CEMETERY DISCOVERY ON ISRAEL'S MEDITERRANEAN COAST SHEDS NEW LIGHT ON ANCIENT PHILISTINES

11th July, 2016

Archaeologists have discovered what is believed to be the first Philistine cemetery on the outskirts of a former ancient city on Israel's Mediterranean shore.

The "ground-breaking discovery", dated to 11th to 8th centuries BC, has unearthed the remains of more than 140 people as well as pottery, jewellery and weapons outside the walls of the port of Ashkelon, one of five ancient Philistine cities.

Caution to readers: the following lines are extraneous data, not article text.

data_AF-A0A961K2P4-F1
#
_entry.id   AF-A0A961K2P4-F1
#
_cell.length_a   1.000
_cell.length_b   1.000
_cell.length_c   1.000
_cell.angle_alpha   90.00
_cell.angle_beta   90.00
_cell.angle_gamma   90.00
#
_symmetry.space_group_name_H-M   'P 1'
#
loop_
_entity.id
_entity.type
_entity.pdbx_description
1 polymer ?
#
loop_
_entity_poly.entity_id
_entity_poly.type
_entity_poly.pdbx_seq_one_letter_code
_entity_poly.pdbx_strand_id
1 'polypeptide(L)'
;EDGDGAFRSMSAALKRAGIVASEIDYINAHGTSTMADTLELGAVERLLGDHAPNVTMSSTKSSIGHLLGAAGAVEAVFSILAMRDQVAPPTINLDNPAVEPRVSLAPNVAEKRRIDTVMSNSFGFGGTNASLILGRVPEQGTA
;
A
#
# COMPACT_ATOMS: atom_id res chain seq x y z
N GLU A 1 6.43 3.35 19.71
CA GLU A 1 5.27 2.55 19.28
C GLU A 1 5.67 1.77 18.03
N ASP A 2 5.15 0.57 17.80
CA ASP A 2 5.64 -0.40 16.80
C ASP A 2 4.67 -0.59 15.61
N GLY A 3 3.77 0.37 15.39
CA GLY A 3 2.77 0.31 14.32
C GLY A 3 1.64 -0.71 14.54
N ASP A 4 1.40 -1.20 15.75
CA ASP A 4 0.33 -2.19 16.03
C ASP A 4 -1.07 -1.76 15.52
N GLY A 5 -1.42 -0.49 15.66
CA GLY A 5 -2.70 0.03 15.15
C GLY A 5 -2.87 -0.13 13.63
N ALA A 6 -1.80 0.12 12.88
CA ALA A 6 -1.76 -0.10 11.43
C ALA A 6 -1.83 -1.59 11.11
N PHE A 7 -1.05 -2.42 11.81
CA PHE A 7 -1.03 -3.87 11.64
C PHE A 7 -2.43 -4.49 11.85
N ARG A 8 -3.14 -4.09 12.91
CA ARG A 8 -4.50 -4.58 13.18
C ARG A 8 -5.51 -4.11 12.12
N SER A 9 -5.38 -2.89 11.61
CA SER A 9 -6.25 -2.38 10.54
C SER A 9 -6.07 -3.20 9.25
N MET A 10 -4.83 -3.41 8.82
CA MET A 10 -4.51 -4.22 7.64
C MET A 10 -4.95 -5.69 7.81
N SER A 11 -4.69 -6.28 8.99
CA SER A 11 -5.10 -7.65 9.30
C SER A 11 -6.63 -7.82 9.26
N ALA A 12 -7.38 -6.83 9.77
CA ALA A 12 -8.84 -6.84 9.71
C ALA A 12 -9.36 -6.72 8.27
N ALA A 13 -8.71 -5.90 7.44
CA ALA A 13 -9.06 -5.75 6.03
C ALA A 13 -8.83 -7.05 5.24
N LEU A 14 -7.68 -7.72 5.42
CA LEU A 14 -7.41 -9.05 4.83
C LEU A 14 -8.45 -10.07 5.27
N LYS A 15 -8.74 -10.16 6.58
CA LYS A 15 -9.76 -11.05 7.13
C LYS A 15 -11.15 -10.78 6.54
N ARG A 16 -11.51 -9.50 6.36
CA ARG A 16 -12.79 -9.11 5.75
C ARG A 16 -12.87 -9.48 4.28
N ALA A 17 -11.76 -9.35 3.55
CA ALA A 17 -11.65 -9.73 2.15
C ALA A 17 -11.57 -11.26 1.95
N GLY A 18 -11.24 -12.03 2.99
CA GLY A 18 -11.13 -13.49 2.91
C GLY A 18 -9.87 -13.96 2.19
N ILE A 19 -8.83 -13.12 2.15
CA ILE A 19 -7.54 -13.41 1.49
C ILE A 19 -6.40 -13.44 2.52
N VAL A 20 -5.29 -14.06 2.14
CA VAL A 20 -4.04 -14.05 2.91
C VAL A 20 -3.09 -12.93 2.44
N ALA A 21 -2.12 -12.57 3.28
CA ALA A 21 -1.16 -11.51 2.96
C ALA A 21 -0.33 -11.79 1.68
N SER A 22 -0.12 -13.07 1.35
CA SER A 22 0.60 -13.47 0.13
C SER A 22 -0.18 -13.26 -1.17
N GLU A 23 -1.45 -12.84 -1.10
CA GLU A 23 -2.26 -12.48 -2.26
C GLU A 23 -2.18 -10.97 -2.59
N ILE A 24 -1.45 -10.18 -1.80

It came about as part of a 30 year excavation project in the Ashkelon National Park by the Leon Levy Expedition, organised by Harvard University, Boston College, Wheaton College and Troy University in the US.

Archaeologists hope the find may help them work out the mysterious origins of the Philistines, who in the Bible were the enemy of the ancient Israelites. The great Israelite king, David, rose to fame after he killed the Philistine giant Goliath in the Biblical Book of I Samuel.

Wheaton's Daniel Master, co-director of the expedition, reportedly said the findings were providing the team with a "feel for the Philistines that we've never had before". "We're finally seeing them face-to-face," he said.

- DAVID ADAMS


Your Say